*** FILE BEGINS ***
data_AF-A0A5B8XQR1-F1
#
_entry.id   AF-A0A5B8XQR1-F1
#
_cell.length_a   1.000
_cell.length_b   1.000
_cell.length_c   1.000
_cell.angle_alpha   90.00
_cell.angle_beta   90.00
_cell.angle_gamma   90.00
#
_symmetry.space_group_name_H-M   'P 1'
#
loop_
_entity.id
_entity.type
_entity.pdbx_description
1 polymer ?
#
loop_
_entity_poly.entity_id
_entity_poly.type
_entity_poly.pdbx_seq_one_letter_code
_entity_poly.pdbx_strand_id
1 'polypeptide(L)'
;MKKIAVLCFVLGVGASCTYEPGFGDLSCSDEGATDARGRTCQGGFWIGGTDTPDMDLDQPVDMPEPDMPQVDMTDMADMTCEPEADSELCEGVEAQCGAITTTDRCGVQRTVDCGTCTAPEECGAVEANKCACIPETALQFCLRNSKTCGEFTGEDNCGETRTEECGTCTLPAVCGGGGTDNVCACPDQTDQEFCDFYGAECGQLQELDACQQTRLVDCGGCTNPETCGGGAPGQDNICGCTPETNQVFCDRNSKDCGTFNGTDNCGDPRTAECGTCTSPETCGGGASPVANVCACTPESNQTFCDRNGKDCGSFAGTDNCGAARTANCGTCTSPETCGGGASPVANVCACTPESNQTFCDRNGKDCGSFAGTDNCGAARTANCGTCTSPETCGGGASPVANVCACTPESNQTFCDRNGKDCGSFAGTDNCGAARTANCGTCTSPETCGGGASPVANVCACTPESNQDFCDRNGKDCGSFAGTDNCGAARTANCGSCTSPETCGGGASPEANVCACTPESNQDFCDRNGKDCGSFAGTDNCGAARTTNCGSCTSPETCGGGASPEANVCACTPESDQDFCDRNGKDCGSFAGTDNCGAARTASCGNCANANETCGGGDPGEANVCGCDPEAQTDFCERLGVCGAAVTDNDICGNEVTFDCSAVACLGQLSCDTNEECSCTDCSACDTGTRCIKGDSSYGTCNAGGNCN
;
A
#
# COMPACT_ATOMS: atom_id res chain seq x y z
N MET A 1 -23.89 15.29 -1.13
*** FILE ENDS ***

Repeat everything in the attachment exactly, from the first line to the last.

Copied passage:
data_AF-A0A5B8XQR1-F1
#
_entry.id   AF-A0A5B8XQR1-F1
#
_cell.length_a   1.000
_cell.length_b   1.000
_cell.length_c   1.000
_cell.angle_alpha   90.00
_cell.angle_beta   90.00
_cell.angle_gamma   90.00
#
_symmetry.space_group_name_H-M   'P 1'
#
loop_
_entity.id
_entity.type
_entity.pdbx_description
1 polymer ?
#
loop_
_entity_poly.entity_id
_entity_poly.type
_entity_poly.pdbx_seq_one_letter_code
_entity_poly.pdbx_strand_id
1 'polypeptide(L)'
;MKKIAVLCFVLGVGASCTYEPGFGDLSCSDEGATDARGRTCQGGFWIGGTDTPDMDLDQPVDMPEPDMPQVDMTDMADMTCEPEADSELCEGVEAQCGAITTTDRCGVQRTVDCGTCTAPEECGAVEANKCACIPETALQFCLRNSKTCGEFTGEDNCGETRTEECGTCTLPAVCGGGGTDNVCACPDQTDQEFCDFYGAECGQLQELDACQQTRLVDCGGCTNPETCGGGAPGQDNICGCTPETNQVFCDRNSKDCGTFNGTDNCGDPRTAECGTCTSPETCGGGASPVANVCACTPESNQTFCDRNGKDCGSFAGTDNCGAARTANCGTCTSPETCGGGASPVANVCACTPESNQTFCDRNGKDCGSFAGTDNCGAARTANCGTCTSPETCGGGASPVANVCACTPESNQTFCDRNGKDCGSFAGTDNCGAARTANCGTCTSPETCGGGASPVANVCACTPESNQDFCDRNGKDCGSFAGTDNCGAARTANCGSCTSPETCGGGASPEANVCACTPESNQDFCDRNGKDCGSFAGTDNCGAARTTNCGSCTSPETCGGGASPEANVCACTPESDQDFCDRNGKDCGSFAGTDNCGAARTASCGNCANANETCGGGDPGEANVCGCDPEAQTDFCERLGVCGAAVTDNDICGNEVTFDCSAVACLGQLSCDTNEECSCTDCSACDTGTRCIKGDSSYGTCNAGGNCN
;
A
#
# COMPACT_ATOMS: atom_id res chain seq x y z
N MET A 1 -23.89 15.29 -1.13